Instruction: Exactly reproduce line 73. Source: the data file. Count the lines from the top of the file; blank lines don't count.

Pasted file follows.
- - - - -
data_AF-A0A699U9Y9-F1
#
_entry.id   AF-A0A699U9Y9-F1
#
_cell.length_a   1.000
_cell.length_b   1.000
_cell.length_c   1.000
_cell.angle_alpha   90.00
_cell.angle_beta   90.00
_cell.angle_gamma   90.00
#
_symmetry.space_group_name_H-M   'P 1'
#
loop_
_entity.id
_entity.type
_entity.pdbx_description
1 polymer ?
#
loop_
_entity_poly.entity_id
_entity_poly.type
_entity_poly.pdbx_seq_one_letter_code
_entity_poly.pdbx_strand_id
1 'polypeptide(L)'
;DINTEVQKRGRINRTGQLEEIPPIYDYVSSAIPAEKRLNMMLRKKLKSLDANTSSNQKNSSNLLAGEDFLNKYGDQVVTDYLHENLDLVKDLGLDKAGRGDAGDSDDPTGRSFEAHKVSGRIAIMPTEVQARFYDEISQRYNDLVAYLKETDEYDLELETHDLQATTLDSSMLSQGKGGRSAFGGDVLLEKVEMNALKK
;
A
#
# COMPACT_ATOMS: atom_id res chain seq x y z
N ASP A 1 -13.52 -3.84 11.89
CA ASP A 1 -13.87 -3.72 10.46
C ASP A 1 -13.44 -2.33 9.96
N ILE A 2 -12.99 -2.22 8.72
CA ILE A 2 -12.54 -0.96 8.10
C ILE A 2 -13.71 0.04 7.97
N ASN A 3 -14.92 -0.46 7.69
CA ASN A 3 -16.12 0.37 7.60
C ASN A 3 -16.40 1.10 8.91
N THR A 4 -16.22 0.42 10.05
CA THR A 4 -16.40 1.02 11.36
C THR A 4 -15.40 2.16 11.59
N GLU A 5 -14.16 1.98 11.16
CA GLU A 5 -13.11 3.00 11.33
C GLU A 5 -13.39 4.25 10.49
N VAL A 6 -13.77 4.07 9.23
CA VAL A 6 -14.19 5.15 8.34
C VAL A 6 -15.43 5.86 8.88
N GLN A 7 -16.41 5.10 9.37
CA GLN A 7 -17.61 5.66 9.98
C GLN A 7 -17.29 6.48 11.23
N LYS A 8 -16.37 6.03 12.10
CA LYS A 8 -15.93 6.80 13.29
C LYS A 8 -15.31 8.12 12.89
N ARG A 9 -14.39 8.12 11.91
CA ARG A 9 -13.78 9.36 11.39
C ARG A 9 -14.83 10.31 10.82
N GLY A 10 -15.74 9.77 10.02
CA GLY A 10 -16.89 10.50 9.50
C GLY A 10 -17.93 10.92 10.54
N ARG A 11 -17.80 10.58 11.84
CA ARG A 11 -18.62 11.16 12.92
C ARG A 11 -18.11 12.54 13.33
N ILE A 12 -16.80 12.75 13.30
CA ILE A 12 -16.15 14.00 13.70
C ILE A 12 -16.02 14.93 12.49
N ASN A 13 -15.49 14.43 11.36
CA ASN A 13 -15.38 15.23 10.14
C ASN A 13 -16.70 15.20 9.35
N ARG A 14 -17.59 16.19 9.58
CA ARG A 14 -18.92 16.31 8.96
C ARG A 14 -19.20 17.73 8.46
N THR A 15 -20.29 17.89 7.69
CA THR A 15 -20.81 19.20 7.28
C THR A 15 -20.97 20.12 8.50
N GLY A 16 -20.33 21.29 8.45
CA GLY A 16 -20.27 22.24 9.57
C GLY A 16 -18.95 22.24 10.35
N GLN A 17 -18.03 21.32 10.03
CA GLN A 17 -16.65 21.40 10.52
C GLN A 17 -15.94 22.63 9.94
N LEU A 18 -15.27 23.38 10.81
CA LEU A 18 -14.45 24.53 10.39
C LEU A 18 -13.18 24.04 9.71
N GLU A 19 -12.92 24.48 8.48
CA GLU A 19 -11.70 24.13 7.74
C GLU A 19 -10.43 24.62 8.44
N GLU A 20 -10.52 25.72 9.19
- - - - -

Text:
N THR A 15 -20.29 17.89 7.69